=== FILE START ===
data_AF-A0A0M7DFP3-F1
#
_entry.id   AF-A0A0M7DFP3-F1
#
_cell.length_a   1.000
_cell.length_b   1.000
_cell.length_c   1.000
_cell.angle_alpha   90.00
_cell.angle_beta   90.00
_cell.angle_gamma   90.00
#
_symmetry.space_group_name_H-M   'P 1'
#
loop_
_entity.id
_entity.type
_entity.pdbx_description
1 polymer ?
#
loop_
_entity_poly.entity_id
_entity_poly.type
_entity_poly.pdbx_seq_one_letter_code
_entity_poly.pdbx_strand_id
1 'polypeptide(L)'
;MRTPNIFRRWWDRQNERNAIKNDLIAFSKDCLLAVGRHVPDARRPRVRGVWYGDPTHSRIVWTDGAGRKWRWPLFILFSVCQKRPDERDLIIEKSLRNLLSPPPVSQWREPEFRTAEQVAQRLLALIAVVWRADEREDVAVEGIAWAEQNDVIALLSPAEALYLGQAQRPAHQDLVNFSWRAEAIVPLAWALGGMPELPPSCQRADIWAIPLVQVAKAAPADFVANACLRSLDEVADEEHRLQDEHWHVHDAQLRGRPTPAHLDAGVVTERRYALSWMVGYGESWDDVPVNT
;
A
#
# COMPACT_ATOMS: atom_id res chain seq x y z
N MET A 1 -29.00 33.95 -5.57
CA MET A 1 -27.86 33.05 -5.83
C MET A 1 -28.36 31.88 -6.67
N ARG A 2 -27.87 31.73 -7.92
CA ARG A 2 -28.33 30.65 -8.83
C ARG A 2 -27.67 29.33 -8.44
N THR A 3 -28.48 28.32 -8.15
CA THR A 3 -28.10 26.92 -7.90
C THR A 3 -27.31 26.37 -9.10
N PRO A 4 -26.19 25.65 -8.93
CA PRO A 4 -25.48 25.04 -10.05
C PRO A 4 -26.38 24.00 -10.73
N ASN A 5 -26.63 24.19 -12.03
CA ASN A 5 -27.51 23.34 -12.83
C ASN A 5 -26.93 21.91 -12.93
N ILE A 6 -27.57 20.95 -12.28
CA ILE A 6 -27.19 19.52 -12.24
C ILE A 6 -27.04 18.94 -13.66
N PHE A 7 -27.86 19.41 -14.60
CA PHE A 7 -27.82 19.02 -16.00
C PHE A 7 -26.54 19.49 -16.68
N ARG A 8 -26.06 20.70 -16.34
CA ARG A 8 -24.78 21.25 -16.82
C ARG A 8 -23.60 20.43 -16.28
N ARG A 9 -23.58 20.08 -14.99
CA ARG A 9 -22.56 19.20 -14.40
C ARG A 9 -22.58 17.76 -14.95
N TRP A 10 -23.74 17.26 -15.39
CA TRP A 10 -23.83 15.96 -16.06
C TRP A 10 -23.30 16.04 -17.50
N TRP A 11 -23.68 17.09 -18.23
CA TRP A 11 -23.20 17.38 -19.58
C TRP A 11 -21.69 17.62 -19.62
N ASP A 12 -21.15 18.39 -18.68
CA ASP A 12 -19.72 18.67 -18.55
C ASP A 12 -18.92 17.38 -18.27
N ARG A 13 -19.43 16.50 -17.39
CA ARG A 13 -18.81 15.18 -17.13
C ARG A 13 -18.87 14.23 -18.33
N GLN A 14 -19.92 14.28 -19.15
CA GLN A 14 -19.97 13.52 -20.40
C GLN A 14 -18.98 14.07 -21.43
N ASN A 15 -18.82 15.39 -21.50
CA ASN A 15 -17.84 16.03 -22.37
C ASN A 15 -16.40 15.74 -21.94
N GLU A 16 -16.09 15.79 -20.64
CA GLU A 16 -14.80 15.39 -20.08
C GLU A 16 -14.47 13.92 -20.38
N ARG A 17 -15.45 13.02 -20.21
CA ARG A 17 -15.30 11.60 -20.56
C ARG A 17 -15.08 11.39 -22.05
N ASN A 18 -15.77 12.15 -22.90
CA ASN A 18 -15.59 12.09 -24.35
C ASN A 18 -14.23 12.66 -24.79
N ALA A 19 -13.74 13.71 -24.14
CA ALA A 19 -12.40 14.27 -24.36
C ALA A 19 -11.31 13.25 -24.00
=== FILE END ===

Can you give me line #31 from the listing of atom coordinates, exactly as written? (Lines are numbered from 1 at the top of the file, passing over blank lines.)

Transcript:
N MET A 1 -29.00 33.95 -5.57